We explore the controversial question about sleep training and whether or not it is unkind to sleep train a baby or young child.
There are many different approaches to sleep training and everyone will have their own opinion on what worked for them or what they feel is right or wrong but there is no ‘one size fits all’ answer so we shouldn’t judge other people’s choices.
Whilst you’ll find a hundred variations, there really are only four categories to sleep training:
- Attachment Parenting – This usually involves no training at all
- Gradual and gentle removal of parental requirement for sleep
- Controlled Crying or, as I call it, Regulated Responding
- Cry it Out – Formally known as ‘Extinction’ (you don’t go back until morning)
Cry It out or Extinction is not an approach that many parents would choose to embark upon. I am also unaware of ANY sleep expert out there who works with parents using this approach – I mean, what’s to teach?!
Controlled crying gets some bad press and is often mistaken for Cry It Out but the two are very different. I don’t doubt there are many variations to the controlled crying approach but it can be done gently and effectively if it is the right thing for that child and family.
Gentle and gradual is my favourite way to sleep train. It suits the motherly intuition to respond and soothe her baby. I am a mother myself and can relate to how this feels. This approach is highly effective and the one most people are able to see through. It is as gentle as sleep training gets.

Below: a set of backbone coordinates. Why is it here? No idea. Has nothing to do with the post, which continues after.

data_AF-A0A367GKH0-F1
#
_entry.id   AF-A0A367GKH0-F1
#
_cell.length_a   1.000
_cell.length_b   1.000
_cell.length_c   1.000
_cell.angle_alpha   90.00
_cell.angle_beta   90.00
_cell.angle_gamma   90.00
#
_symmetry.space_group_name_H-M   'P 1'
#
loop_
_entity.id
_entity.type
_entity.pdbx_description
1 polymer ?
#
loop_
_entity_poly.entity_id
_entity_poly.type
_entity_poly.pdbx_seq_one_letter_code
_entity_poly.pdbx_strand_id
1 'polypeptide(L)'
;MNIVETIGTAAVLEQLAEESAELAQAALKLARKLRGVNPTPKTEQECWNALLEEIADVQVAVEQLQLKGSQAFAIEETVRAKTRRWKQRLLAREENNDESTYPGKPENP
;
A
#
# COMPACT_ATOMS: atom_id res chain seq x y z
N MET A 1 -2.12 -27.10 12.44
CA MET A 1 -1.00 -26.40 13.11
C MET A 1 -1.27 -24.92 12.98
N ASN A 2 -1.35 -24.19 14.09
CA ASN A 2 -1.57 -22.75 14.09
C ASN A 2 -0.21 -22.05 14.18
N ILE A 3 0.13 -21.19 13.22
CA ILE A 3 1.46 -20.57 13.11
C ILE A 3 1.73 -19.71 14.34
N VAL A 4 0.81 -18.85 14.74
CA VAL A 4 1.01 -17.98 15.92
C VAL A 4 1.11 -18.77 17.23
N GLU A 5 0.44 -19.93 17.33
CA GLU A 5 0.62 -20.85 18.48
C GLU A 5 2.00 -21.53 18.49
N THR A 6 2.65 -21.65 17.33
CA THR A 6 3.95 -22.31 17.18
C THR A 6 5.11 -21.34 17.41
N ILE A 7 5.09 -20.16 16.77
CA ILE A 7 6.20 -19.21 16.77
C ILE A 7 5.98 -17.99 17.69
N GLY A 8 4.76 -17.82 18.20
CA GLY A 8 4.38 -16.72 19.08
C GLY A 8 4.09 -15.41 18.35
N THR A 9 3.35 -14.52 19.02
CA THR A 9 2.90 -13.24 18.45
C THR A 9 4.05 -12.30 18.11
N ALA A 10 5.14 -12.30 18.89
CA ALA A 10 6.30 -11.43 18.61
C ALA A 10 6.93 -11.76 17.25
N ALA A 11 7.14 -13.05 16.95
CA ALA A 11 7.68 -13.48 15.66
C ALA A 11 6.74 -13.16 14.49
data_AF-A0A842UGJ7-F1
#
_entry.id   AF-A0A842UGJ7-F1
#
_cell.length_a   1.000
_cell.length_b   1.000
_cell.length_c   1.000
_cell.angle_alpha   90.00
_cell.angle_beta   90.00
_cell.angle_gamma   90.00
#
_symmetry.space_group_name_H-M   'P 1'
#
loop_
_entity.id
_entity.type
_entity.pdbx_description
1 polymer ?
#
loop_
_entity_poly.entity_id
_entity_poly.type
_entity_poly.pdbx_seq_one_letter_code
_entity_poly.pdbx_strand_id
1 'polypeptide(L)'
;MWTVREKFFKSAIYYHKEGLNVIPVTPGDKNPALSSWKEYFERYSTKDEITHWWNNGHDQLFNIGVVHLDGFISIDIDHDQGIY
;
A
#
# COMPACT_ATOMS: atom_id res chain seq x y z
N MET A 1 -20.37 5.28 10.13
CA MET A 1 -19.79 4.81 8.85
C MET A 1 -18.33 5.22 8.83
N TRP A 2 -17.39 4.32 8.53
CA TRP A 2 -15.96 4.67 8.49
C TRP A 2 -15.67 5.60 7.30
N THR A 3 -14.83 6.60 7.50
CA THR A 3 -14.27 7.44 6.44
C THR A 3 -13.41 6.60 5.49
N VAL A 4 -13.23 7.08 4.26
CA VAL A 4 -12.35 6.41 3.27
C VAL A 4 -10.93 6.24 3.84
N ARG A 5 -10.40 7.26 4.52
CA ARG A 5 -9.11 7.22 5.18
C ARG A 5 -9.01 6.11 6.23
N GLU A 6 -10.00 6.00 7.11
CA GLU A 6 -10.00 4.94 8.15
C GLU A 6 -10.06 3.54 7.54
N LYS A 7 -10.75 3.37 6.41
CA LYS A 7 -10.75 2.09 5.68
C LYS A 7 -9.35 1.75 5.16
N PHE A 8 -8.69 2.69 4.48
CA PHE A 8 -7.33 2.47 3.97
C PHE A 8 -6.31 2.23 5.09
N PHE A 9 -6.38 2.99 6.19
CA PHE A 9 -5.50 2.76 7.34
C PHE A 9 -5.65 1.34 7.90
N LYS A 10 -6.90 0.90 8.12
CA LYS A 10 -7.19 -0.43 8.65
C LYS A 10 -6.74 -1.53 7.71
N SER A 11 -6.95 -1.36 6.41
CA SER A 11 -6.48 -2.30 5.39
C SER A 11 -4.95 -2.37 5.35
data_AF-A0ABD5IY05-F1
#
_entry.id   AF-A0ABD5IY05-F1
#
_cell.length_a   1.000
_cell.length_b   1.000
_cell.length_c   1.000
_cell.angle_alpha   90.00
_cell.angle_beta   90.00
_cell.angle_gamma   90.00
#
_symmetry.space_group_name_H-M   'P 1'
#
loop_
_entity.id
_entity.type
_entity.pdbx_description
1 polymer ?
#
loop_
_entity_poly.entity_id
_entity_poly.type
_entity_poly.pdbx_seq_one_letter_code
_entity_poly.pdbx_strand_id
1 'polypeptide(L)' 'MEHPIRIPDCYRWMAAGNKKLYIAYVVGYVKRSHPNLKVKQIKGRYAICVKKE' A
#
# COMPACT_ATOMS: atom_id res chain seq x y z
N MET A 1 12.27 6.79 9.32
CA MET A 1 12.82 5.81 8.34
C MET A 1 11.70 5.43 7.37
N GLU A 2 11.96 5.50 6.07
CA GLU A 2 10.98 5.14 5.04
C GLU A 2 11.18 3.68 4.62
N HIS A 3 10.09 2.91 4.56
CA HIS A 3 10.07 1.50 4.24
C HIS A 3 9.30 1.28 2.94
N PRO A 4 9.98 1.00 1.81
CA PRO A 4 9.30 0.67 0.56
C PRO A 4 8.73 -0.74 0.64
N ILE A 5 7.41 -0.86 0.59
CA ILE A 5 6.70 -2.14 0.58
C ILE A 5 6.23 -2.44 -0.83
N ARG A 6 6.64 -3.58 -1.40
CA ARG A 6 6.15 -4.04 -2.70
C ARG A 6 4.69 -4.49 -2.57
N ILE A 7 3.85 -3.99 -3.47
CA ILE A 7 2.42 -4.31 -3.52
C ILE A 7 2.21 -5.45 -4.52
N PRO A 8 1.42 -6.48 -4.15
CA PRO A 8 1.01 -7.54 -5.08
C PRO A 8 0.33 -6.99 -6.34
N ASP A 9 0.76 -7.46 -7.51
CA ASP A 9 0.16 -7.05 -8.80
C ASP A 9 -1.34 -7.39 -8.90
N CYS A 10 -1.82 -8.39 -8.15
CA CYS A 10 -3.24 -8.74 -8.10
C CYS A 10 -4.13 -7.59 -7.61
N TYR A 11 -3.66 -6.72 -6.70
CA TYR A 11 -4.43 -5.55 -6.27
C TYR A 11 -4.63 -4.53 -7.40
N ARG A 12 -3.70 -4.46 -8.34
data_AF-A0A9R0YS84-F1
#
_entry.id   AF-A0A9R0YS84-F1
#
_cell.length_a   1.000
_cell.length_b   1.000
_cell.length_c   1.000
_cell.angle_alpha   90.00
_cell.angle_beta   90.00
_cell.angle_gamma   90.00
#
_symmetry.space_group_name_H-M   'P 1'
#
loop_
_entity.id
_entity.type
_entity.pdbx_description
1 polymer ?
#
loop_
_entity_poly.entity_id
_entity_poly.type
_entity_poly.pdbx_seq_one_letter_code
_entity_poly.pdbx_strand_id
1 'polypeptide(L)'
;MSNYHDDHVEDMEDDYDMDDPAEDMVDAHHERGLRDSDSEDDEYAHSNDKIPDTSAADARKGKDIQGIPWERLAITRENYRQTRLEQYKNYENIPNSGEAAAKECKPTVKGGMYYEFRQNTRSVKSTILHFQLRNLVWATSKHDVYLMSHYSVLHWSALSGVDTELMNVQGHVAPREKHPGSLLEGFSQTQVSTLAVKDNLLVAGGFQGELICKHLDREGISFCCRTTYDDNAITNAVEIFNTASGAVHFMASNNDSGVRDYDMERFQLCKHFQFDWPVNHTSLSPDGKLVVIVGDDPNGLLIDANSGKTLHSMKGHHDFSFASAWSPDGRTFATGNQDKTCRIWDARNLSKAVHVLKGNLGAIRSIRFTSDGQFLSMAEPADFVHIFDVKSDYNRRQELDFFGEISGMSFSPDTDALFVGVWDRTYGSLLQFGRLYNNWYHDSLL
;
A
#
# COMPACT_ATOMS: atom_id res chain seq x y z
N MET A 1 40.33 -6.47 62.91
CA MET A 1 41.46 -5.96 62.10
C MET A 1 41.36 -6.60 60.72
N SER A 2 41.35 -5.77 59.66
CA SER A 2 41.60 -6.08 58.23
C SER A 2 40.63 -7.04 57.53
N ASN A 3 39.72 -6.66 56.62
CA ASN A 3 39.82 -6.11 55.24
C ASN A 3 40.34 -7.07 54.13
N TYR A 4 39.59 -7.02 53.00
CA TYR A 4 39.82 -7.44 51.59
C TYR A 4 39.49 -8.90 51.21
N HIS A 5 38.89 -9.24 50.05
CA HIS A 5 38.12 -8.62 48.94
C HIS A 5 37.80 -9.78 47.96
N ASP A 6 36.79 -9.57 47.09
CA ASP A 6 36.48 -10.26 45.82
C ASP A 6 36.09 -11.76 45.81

Attachment parents can sleep train to a certain point but it is important to be clear on the desired goals. Many attachment parents choose to co-sleep for many many months and feeding to sleep is a common hinderance in obtaining great sleep abilities for babies with attachment parents.
Can sleep training harm my baby?
The only way that you could see lasting negative effects from sleep training would be if you were to leave your baby alone to cry for extended periods of time on a regular basis (Cry It Out). Even then, the evidence of this is not conclusive.
Gentle sleep training such as the gradual approach (my ‘4-Step Fade Out’) or gentle controlled crying (which I define as ‘Regulated Responding’) are safe and effective and there is no evidence of any negative implications on a baby or young child using these.
I just feel mean hearing my baby cry.
Crying is normal and natural and a means of communication. In many cases, a baby will cry when they are desperate to go to sleep but don’t know how. They are asking for you to assist them with this and gently teaching them how to do it is actually the kindest thing you could do.
Your baby will also cry when sleep deprived. Being very overtired will not enable your little one to get the most enjoyment from his day and will hinder his development. Your baby will cry if he is unwell and his immune system will be weaker if he isn’t getting enough restorative sleep.
During sleep training, your little one might cry but we will respond to those cries. We will devise suitable responses that are soothing and reassuring but without sabotaging the little one’s attempts at putting himself to sleep. We don’t ‘rescue’ or ‘fix’ them by doing it for them, but we teach them how to do it while supporting, reassuring and soothing them.
Check out this episode where we ask the question – Is Sleep Training Cruel?
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